In short, President Bush’s temporary worker program is an improved version of the permanent worker program we had in the South until 1865. The central improvement is that we get rid of these people before they become old and useless. Either way, we get a cheap labor force that can’t vote. I have one further improvement to suggest: Count each temporary worker as 3/5 of a person in the next census. It’s traditional.

But hey, we need the foreign temps because there are, as the President said in his speech, “jobs Americans aren’t doing.” In previous statements (his December 20, 2004 press conference for one) Bush has phrased this more bluntly as “ jobs Americans won’ t do .” In his March 27 New York Times column, economist Paul Krugman debunked that claim like this:

The willingness of Americans to do a job depends on how much that job pays -- and the reason some jobs pay too little to attract native-born Americans is competition from poorly paid immigrants.

In other words, it’s not that Americans refuse to carry a leaf-blower in the hot sun, it’s just that we refuse to do it for $3 an hour. The American labor market is like any other free market -- there’s a price at which the market clears. If you are willing to pay that price you can get labor done, but otherwise not.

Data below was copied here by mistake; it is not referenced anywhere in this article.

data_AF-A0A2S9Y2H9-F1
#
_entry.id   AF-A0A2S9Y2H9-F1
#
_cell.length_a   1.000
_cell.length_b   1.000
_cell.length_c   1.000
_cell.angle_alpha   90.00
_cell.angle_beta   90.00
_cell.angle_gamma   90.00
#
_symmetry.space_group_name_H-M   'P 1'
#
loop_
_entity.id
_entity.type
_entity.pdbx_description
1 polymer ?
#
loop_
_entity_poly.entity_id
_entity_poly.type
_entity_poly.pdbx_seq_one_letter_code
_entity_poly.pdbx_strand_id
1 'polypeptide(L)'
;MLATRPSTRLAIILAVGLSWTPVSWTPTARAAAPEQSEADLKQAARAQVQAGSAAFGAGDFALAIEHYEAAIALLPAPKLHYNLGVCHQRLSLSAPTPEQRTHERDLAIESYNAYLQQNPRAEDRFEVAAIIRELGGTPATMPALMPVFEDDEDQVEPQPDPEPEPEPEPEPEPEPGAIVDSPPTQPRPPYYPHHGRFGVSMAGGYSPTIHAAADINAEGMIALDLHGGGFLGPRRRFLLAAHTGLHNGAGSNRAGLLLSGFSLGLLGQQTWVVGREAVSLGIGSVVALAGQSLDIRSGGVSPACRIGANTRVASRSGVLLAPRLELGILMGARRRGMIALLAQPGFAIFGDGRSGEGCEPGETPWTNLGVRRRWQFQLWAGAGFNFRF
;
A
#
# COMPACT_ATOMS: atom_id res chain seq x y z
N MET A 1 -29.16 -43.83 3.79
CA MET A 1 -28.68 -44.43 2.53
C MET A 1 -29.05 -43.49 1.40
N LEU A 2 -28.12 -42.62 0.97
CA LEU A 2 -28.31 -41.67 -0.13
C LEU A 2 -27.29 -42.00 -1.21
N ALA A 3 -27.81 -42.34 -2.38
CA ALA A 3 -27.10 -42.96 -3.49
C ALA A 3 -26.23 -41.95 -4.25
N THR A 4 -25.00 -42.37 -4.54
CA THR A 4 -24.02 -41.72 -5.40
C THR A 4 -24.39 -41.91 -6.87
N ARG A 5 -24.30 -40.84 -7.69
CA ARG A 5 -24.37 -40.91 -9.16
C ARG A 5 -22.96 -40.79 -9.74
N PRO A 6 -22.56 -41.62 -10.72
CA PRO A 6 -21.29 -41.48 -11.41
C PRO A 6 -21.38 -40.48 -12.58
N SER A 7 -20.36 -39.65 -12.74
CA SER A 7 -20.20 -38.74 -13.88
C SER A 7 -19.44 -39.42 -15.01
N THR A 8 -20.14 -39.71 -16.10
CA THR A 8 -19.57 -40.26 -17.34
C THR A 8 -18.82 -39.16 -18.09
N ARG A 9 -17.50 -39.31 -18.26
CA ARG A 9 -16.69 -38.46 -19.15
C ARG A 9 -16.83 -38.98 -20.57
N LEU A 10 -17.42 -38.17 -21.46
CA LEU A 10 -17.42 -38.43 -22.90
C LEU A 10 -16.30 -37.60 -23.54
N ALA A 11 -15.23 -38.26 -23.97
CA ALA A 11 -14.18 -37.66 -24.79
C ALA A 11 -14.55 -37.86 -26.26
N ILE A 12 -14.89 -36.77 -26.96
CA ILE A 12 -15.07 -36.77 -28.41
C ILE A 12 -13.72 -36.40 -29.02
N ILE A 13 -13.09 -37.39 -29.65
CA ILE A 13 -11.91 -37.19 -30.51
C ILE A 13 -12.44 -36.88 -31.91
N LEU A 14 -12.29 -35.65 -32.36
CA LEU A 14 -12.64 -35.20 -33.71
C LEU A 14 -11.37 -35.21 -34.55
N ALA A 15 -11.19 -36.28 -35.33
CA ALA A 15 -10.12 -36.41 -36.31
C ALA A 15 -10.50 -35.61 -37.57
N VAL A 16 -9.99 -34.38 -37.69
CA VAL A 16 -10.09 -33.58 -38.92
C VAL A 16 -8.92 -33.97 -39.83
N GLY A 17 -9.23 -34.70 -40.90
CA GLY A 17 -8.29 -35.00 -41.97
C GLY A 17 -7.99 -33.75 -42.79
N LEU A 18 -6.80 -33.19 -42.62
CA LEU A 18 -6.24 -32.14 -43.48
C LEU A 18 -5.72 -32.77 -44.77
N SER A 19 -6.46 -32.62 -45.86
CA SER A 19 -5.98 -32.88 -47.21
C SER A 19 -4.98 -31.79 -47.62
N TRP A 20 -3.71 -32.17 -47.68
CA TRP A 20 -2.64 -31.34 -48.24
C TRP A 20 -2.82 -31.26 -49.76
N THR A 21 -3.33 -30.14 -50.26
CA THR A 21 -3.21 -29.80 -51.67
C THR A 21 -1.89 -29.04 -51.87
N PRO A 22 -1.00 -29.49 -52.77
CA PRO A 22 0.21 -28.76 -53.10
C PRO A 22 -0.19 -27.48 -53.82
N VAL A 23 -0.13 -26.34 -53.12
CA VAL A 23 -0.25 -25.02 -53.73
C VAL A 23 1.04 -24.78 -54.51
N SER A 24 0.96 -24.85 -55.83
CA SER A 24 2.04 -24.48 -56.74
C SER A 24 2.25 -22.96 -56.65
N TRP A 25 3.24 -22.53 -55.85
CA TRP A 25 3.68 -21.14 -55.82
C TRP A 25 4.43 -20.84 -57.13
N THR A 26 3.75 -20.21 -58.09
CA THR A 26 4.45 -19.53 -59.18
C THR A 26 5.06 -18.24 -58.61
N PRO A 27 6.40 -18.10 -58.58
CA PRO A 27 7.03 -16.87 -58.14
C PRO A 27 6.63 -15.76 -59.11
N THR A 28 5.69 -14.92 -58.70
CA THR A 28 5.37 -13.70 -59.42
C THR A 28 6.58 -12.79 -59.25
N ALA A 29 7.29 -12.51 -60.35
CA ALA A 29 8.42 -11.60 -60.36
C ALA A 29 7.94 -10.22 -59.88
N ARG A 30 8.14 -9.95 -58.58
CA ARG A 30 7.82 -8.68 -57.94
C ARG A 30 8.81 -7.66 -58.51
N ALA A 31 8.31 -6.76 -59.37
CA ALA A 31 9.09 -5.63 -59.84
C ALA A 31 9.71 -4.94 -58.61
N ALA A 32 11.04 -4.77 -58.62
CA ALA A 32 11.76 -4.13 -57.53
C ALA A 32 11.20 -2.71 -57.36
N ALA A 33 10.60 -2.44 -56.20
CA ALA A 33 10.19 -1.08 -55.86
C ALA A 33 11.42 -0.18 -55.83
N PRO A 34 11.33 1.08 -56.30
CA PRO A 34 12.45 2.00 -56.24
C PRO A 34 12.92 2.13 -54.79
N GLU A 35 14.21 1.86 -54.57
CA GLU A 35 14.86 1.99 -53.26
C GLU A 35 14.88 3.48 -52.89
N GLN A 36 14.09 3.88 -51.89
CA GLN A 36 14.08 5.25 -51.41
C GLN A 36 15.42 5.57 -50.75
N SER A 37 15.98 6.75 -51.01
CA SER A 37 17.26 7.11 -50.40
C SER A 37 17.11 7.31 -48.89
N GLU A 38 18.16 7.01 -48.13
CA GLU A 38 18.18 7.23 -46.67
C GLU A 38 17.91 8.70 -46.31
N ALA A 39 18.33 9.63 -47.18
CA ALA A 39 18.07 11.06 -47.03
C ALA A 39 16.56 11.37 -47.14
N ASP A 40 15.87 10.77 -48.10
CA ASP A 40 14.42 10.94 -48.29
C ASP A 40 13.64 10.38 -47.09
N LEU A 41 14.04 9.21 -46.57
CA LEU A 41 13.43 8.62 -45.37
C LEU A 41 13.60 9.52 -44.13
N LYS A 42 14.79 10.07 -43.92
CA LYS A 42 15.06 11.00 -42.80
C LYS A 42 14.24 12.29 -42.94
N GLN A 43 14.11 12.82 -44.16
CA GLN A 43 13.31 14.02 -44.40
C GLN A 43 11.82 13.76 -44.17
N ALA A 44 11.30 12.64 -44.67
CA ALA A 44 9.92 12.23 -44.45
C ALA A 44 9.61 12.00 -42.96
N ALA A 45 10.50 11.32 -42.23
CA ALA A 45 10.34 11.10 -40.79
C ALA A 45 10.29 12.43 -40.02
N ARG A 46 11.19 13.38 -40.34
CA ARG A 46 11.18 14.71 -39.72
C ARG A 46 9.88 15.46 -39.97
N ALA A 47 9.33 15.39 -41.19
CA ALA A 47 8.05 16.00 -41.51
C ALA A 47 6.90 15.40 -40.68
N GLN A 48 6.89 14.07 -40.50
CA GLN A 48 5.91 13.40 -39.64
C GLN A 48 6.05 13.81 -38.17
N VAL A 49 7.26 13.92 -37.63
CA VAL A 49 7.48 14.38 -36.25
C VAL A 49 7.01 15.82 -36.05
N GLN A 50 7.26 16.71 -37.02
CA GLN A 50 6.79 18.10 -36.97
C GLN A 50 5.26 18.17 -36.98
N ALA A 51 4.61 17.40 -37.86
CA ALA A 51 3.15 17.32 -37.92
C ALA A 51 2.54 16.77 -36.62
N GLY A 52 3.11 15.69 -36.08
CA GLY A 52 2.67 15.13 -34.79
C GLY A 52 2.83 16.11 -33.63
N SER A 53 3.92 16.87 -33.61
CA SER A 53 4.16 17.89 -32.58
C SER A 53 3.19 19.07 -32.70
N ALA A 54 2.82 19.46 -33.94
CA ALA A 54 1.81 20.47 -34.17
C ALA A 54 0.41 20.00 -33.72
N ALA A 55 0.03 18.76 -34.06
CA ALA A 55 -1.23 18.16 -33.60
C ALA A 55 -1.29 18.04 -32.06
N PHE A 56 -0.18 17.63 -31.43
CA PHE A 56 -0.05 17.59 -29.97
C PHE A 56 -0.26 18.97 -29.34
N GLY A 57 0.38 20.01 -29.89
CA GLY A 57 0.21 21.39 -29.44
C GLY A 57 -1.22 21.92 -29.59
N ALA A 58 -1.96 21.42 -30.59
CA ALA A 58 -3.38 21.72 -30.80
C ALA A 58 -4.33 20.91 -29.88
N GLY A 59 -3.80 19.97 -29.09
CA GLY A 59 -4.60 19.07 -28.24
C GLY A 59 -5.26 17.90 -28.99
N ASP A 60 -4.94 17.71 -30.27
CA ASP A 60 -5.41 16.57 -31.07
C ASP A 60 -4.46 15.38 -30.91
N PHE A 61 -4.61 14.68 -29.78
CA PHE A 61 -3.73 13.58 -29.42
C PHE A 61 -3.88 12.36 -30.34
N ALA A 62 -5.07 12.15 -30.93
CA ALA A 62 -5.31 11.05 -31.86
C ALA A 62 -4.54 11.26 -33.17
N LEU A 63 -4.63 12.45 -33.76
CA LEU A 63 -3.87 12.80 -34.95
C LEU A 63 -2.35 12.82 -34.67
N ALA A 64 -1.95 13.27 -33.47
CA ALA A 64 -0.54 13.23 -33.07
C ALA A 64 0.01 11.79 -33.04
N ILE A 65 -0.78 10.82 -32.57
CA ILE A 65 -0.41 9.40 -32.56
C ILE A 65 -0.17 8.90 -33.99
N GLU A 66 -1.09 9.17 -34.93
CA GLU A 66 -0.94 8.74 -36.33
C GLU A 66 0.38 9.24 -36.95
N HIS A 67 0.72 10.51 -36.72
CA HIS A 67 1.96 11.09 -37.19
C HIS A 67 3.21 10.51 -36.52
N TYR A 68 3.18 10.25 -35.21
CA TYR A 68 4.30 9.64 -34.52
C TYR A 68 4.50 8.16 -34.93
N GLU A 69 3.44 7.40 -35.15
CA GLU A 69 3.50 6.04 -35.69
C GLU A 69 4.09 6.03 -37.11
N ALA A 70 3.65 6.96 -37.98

Only by writing the wage into the job description can you get “jobs Americans won’t do.” I would like to drive my car to California for 65 cents a gallon. I can’t, but that’s not because there are “jobs gasoline won’t do.” I’m just not willing to pay the market price.

Because I’m a generous soul, I have chosen not to interpret this “jobs Americans won’t do” rhetoric as hot air President Bush knows is bogus. Instead, I think he’s admitting that there are parts of the economy where the free market doesn’t work.

We should remember this logic for future issues -- drug prices, for example. Why do we need to import cheaper drugs from Canada? It’s not that Merck and Pfizer are price-gouging bastards, or even that the Canadian government protects its citizens better than our government does.

It’s just that there are jobs American drugs won’t do.

Sunday, May 14, 2006

What McCain Said, and What it Means

John McCain's commencement address at Jerry Falwell's Liberty University has gotten a lot of coverage, both in the blogs and in mainstream media. Unfortunately, it seems to me that everyone has missed the real story.